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Gluten-Free French Fries


Updated May 16, 2014

Gluten-Free French Fries

Where can you find gluten-free french fries?

Getty Images/ David De Lossy

French fries are surprisingly tricky on the gluten-free diet. You'd think they'd be gluten-free — after all, they're made of naturally gluten-free potatoes, right? — but many times, they're not safe for those of us with celiac disease and gluten sensitivity.

The problem can be the ingredients themselves (beer batter french fries are obviously out, as are most seasoned varieties). Alternatively, the problem can be the fries' preparation: when you cook otherwise gluten-free fries in a fryer that also is used for breaded items such as chicken fingers and onion rings, that oil will contaminate your fries.

Fortunately, you do have multiple gluten-free french fry options, both to enjoy at home and to order when you're dining out. Here's a rundown of what's available.

Frozen Gluten-Free French Fries

The following companies make french fries that may be safe, depending on your level of sensitivity to trace gluten:

  • Alexia Foods used to make gluten-free-labeled french fries. However, a recent expansion of the company's manufacturing facility now means that Alexia's fries are produced in a shared facility, although still on dedicated lines, according to a customer service representative. Therefore, Alexia is removing the "gluten-free" label from fries produced in that newly expanded facility, and urges gluten-free consumers to use them with caution. None of Alexia's many regular and sweet potato products (with the exception of Potato Bites) actually contains gluten, the representative says.

  • Cascadian Farms makes frozen crinkle cut, shoe string, straight cut and wedge cut fries, all with organic potatoes. The fries have no gluten ingredients, but are not specifically labeled gluten-free. Cascadian Farms does not test for gluten cross-contamination and also makes gluten-containing products.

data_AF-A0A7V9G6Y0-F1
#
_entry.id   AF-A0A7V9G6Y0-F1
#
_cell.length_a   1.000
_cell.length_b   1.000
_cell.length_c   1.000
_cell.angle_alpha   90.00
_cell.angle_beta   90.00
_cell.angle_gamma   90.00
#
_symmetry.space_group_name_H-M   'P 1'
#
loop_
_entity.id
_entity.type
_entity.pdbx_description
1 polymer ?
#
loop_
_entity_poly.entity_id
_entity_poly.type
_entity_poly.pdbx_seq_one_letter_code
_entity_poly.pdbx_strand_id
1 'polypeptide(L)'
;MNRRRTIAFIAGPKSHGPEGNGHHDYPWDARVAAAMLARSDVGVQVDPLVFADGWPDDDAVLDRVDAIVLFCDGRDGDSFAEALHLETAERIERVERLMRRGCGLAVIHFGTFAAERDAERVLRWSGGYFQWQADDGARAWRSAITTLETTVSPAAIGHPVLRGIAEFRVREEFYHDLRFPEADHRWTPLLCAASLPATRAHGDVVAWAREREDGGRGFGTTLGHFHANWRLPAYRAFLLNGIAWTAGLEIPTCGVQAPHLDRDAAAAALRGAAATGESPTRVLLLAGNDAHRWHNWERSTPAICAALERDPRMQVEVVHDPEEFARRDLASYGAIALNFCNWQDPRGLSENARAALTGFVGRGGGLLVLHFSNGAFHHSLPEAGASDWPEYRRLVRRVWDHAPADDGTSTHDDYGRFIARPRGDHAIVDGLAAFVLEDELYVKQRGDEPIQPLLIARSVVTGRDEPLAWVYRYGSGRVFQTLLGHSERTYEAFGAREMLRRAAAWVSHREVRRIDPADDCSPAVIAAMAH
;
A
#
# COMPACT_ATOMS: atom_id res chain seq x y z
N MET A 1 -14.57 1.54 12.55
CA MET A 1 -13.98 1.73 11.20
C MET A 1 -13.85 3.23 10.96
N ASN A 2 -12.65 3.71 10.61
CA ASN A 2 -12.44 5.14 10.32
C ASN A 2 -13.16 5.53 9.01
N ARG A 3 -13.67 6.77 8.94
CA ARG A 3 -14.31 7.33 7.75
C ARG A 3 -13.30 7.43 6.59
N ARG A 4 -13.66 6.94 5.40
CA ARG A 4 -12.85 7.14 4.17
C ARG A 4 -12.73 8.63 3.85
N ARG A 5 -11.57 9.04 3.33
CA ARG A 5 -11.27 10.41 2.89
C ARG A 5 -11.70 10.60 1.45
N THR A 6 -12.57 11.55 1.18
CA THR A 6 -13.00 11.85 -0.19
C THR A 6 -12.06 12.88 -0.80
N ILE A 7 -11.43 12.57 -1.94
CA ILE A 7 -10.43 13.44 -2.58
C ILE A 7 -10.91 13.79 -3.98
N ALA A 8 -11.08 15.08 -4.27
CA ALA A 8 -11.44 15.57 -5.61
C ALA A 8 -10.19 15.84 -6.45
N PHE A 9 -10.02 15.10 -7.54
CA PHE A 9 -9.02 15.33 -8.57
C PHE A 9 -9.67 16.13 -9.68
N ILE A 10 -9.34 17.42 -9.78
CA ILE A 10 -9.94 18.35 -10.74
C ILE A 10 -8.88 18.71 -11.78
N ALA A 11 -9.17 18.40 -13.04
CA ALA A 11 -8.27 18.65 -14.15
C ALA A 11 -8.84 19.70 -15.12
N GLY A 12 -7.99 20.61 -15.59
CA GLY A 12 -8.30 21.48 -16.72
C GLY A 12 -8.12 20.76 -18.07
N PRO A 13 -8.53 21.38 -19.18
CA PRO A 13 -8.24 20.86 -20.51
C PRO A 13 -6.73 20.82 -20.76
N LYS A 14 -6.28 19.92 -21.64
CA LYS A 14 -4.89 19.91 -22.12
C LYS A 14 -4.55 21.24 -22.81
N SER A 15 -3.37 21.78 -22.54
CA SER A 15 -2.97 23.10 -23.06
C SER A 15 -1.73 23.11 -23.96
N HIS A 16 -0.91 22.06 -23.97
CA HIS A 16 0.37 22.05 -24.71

• McCain Foods, a top supplier to the restaurant industry, boasts that it makes one out of every three french fries consumed in the world. The company makes two different lines of fries that are sold in grocery stores in the U.S. — plain and seasoned. The plain, which include classic cut, crinkle cut, smiles and steak cut fries, contain no gluten ingredients. The seasoned, meanwhile, all contain wheat flour as a top ingredient, and the beer batter fries also use barley. McCain does not label its products "gluten-free" and does not test for gluten, but states in its frequently asked questions that it will openly label any gluten-containing ingredients on the products' labels.

  • Ore-Ida is a Heinz subsidiary, and more than 20 Ore-Ida french fries and other potato-based products appear on Heinz' U.S. gluten-free product list. However, the company warns that products still may be subject to cross-contamination in processing.

Fast Food Outlets with Gluten-Free French Fries

The following fast food restaurants feature french fries made in a dedicated gluten-free fryer. However, to be safe, always check with the individual outlet to be certain workers there are using a separate fryer.

  • Burger King (not all locations have a separate fryer)

  • Chick-Fil-A

  • Five Guys Burgers & Fries

  • In N Out Burger

  • McDonalds (note that McDonalds' fries contain a wheat-based ingredient, but have tested well below the accepted less than 20 parts per million level of gluten content, so they're considered legally "gluten-free." Use your own judgement on whether to eat them or not — some people eat lots of them with no problem, while others report reactions.)

  • Wendy's (only some locations)

For more on eating out at counter service outlets, see my guide: Gluten-Free Fast Food

Safe French Fries in Restaurants

Gluten-free options in casual chain restaurants are increasing rapidly, but the chains have been slow to move to dedicated fryers for their fries.

Right now, I'm only aware of two restaurant chains that offer gluten-free french fries at most or all of their locations: Cheeseburger in Paradise and Red Robin. Others may offer safe fries (it varies depending on location, demand, and the gluten-free awareness level of managers), but you'll need to ask.

When it comes to independent eateries, most will not serve safe fries, but you'll find a few here and there that do fry them in a dedicated fryer. For example, Bloom's Deli in New York City serves gluten-free fries (and gluten-free cheese fries) — I make it a point to stop there whenever I'm in town, in part for just that reason.

Here's some more information on dining out:

Oh, and if you like ketchup on your fries, check out my guide to gluten-free ketchup.

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